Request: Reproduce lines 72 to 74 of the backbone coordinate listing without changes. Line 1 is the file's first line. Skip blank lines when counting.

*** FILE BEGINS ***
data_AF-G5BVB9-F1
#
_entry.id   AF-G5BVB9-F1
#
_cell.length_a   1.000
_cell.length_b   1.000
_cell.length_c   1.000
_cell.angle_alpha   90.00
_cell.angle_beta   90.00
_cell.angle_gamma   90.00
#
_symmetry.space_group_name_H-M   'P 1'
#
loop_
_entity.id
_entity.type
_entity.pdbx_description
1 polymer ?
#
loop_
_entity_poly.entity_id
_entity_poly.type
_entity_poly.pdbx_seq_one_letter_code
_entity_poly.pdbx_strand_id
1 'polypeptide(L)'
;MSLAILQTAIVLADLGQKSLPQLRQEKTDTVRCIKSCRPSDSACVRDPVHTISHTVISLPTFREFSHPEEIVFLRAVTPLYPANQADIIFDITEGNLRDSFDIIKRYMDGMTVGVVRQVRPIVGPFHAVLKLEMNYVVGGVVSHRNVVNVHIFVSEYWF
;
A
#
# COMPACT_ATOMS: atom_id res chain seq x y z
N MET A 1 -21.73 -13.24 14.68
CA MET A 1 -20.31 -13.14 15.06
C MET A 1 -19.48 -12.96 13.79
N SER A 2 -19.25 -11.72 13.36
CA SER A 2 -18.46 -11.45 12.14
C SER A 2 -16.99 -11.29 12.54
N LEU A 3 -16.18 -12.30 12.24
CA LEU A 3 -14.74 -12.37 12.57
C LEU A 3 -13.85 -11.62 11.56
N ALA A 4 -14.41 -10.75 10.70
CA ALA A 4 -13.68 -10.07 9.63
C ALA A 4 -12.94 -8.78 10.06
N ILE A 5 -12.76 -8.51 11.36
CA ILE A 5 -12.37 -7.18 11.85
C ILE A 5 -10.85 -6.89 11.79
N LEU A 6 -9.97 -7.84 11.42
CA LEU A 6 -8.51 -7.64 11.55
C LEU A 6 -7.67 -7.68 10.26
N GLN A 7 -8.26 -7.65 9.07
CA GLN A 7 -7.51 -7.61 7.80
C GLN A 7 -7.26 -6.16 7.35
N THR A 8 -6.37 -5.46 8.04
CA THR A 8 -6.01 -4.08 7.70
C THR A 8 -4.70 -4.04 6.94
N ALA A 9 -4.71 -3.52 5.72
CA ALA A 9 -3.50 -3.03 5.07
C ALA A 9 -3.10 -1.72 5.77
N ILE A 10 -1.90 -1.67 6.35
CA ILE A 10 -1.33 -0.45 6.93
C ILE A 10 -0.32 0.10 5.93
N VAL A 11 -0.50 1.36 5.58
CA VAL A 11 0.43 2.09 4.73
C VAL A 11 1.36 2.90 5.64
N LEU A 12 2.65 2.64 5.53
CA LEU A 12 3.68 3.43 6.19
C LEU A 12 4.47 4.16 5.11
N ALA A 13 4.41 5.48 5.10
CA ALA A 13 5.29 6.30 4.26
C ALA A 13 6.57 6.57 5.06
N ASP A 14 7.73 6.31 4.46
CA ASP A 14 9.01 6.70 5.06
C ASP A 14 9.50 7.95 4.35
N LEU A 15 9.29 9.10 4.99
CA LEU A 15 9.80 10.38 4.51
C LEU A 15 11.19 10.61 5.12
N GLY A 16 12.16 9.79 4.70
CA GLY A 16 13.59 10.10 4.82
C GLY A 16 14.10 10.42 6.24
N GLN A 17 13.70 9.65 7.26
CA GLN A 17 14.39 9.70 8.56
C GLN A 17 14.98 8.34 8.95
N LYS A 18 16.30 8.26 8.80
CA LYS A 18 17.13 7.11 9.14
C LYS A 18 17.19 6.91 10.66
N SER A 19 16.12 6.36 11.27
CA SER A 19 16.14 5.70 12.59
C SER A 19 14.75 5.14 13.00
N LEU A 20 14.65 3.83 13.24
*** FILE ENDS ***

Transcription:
C ASP A 14 9.50 7.95 4.35
N LEU A 15 9.29 9.10 4.99
CA LEU A 15 9.80 10.38 4.51